Establishing credit early is a good habit. It can help you secure a mortgage or auto loan, get you the best insurance rates and more.
However, it can take work to establish credit with no credit history.
What if you’re a recent college graduate with no work history and no credit history? What steps should you take to prove you’re worthy of a credit card?
That’s what a listener of the Clark Howard Podcast recently asked.
What Should a Recent College Grad Do To Get a Credit Card?
My nephew is a recent college grad. How do I get him a credit card?
That’s what a Clark listener asked on the Aug. 24 podcast episode.
Asked Auntie Gladdie in Rhode Island: “My nephew just passed his exam and is now a doctor of physical therapy. He knows I’m a huge fan of yours because I always preach the ‘Clark Way.’ He was so tired of me hounding him about signing up for a Roth IRA he finally did it at age 20!
“He is now asking me to help him sign up for his first credit card. He is looking to build his credit. He was offered a full-time position on Long Island where his girlfriend is finishing up her veterinarian degree. You always talk about establishing credit for those who have hit a rough patch, what about for new grads who are just establishing credit?”
Get a Credit Card While You’re Still in College If at All Possible
The best option for a young person to secure a credit card is to apply while enrolled in college full-time.
“That’s when you apply for a card,” Clark says. “Because they don’t require evidence of income typically for you to be able to get your first card because college-enrolled people are generally the least risky borrowers of all for credit card companies.”
It sounds like the nephew in this case is no longer enrolled in school. But his girlfriend is. If they were married, Clark says, he’d suggest that she apply for a credit card. And then add him as an authorized user to help him establish credit.
“But I don’t know their relationship. It would be risky for her because she’d be extending credit to him, and, well, who knows what the long-term is?” Clark says.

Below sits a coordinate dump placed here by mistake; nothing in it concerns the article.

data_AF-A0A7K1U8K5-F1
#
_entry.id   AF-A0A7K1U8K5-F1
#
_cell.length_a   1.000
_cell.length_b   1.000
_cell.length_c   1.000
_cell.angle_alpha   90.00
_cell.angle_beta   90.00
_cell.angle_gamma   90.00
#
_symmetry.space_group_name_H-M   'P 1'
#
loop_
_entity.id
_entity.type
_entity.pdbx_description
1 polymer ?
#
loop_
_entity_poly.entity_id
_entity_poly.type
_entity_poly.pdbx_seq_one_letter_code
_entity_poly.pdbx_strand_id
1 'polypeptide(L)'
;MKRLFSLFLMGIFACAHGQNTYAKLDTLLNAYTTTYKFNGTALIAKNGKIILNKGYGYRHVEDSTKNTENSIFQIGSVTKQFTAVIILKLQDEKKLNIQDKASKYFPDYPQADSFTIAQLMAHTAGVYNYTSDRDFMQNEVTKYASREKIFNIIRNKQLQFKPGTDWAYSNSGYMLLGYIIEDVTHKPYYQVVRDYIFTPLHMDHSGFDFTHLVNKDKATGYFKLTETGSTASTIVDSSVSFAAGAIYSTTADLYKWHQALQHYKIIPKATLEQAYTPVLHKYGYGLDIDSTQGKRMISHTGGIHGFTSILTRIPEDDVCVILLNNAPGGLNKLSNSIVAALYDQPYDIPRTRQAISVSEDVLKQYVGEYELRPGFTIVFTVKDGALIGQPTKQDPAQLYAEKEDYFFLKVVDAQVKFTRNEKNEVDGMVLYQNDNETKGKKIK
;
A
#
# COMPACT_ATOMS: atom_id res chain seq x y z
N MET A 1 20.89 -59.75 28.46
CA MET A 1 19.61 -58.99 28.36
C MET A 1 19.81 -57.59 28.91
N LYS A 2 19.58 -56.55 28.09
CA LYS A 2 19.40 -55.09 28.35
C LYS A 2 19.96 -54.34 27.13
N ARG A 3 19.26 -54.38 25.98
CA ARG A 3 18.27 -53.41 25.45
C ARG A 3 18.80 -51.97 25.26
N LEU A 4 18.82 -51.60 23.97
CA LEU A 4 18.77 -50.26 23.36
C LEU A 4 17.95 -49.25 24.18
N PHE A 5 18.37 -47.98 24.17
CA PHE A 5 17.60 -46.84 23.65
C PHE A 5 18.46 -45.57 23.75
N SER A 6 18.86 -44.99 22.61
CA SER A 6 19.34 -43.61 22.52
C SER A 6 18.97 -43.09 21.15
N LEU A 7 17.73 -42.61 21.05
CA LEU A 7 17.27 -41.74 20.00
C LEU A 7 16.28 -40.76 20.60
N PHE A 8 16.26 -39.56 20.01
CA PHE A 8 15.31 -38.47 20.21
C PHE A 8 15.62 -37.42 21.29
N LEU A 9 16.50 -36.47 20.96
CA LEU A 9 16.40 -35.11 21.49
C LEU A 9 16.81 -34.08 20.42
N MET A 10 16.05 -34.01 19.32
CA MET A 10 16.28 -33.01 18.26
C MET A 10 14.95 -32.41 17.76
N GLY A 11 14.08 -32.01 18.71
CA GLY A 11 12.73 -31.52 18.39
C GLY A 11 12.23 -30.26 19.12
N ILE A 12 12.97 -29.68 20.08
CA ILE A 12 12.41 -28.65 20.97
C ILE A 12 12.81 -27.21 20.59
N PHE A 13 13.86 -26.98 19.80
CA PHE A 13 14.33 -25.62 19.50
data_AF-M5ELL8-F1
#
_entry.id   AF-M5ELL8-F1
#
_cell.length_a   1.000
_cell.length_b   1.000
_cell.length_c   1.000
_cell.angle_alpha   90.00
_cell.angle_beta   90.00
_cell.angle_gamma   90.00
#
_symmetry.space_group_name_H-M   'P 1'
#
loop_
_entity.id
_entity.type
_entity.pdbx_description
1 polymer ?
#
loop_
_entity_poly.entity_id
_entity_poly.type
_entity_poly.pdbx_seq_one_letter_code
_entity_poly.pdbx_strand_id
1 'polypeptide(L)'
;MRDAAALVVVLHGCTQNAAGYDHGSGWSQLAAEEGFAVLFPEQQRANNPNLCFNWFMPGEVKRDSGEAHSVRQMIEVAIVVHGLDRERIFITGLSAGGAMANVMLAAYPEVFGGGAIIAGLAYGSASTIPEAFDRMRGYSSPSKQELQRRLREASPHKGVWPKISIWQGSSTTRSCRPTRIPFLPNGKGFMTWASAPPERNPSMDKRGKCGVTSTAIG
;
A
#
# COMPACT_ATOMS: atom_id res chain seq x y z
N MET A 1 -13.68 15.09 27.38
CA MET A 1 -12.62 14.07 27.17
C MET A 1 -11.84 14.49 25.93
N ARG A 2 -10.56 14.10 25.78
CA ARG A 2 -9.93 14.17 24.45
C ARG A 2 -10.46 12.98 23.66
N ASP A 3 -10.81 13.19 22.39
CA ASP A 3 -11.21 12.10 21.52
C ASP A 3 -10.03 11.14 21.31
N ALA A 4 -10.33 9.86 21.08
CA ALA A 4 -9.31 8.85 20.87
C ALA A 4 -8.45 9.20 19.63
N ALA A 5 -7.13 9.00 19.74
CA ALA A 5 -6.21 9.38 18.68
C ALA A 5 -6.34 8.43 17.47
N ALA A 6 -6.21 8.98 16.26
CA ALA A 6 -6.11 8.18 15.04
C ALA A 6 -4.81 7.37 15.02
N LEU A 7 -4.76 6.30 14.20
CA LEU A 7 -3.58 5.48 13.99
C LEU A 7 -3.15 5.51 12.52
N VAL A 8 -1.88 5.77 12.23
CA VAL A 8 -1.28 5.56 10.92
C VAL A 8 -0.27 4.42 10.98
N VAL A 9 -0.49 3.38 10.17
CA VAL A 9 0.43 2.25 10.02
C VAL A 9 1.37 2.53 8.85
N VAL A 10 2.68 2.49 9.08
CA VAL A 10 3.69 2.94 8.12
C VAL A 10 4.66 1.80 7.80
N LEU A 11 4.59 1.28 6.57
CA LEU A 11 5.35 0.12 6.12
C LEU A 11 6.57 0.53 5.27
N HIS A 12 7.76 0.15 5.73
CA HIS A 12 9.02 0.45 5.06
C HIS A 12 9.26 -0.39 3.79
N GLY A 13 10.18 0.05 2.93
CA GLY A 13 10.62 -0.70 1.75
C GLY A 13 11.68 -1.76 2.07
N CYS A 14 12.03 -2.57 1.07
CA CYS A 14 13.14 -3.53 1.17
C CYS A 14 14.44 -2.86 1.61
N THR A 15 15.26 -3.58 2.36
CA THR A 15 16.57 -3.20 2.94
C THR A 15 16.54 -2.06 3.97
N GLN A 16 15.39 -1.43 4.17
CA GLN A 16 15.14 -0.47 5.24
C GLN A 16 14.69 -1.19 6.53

“You may know that. That would be the best way for him to establish credit. If she gets a card, which is very easy for her being in professional school, and then adds him as an authorized user, he’s going to have instant solid credit.”
3 Ways a Recent College Grad Can Establish Credit
Let’s say you are no longer in college. You’re a recent graduate. It may be harder for you to apply for and receive a credit card if you don’t have a credit history. But it’s not impossible.
One of these three Clark-recommended steps should work for you.
1. Apply for Your Own Card
With a full-time position in physical therapy, the recent grad in question can apply for his own card. He’s got a job and an income, which should help.
“That would be the simplest path,” Clark says. “The easiest path for him to establish credit and be able to get his own cards.”
2. Get One of the Petal Cards
Clark loves this non-traditional way of establishing credit. The Petal cards analyze your bank records for payment history instead of relying solely on your credit report, which may be non-existent.
These cards are Clark’s second choice.
3. Join a Credit Union’s Fresh Start Program
Traditionally known as a secured credit card but often called a “fresh start” program by your local credit union, this card allows you to establish credit by backing it with your own deposited funds.
You can typically hope to parlay your reliability with such a card into a traditional credit card in as little as six months, although it may take a while longer.
“The credit union programs are typically the best in the marketplace other than Petal,” Clark says.
It’s a good idea to establish a credit history early in life. If you can apply for a credit card while you’re enrolled in college as a full-time student, do it.
Otherwise, you may need to establish your credit as an authorized user on someone else’s account or by applying for a non-traditional card such as one of the Petal cards.